⇒ 315/360 > 240/360 > 216/360 > 160/360

So, the fractions in descending order are 315/360, 240/360, 216/360, and 160/360.

Step 6:

The fractions are not in their simplest form. Now, we can identify them by dividing the numerator and denominator by their greatest common divisor:

⇒ 315/360 simplifies to 7/8

⇒ 240/360 simplifies to 2/3

⇒ 216/360 simplifies to 3/5

⇒ 160/360 simplifies to 4/9

So, the final result in descending order is 7/8, 2/3, 3/5, 4/9.

##### Example 2:

Arrange the fractions in descending order.

1/4, 3/8, 2/5, 5/6.

Solution:

Step 1:

Firstly, the denominators are different (4, 8, 5, and 6).

Step 2:

To find a common denominator, determine the least common multiple (LCM) of the denominators. The LCM of 4, 8, 5, and 6 is 120.

Step 3:

Multiply the numerator and denominator of each fraction by the appropriate factor to make the denominators equal to 120:

⇒ 1/4 becomes 30/120

⇒ 3/8 becomes 15/120

⇒ 2/5 becomes 24/120

⇒ 5/6 remains as 5/6 (since 6 is already a factor of 120)

Step 4:

Also, the ratio has a common denominator, comparing their numerators.

⇒ 15/120 < 24/120 < 30/120 < 5/6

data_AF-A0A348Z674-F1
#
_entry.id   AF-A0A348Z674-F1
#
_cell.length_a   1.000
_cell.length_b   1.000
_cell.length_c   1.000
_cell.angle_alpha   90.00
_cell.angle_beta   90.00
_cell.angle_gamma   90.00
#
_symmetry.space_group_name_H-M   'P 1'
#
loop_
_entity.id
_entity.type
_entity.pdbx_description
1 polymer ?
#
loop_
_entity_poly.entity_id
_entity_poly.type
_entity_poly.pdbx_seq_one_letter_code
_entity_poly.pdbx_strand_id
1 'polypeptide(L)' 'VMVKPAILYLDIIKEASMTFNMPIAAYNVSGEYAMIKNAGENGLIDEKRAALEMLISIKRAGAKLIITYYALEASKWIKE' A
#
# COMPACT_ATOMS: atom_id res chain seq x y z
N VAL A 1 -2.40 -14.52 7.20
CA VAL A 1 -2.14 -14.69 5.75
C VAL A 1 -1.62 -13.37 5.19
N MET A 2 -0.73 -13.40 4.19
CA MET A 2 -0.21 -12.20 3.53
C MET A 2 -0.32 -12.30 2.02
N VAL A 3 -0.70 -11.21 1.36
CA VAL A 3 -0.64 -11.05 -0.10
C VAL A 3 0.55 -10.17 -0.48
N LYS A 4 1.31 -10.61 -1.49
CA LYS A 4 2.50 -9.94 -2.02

Step 5:

Based on the comparisons made in Step Four, we can arrange the fractions in ascending order:

⇒ 15/120 < 24/120 < 30/120 < 5/6

So, the fractions in ascending order are 15/120, 24/120, 30/120, and 5/6.

Step 6:

The fractions are already in their simplest form.

So, the final result in ascending order is 15/120, 24/120, 30/120, 5/6.

#### Final Words

In this article, we have discussed the basic definition of ordering fractions, the basic steps, and the application of ordering fractions in detail. Therefore, the topic will be explained with the help of examples. After complete studying this article, anyone can easily define ordering fractions.

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## FAQs

### 1. Ordering fractions meaning

A – Ordering fractions refers to arranging fractions in ascending or descending order based on their numerical values. It helps establish a relative comparison among fractions, indicating which fractions are larger or smaller. This process allows for easier understanding and analysis of the fractions’ magnitudes.

### 2. Concept of ordering fractions

A – Ordering fractions involves arranging fractions in increasing or decreasing order based on their values. It allows for comparisons to determine which fraction is larger or smaller. This concept provides a systematic approach to organizing and understanding fractions about one another.

### 3. The basic method of ordering fractions

A – Here are a few methods of ordering fractions are below:
⦁ Compare the numerator
⦁ Compare the denominator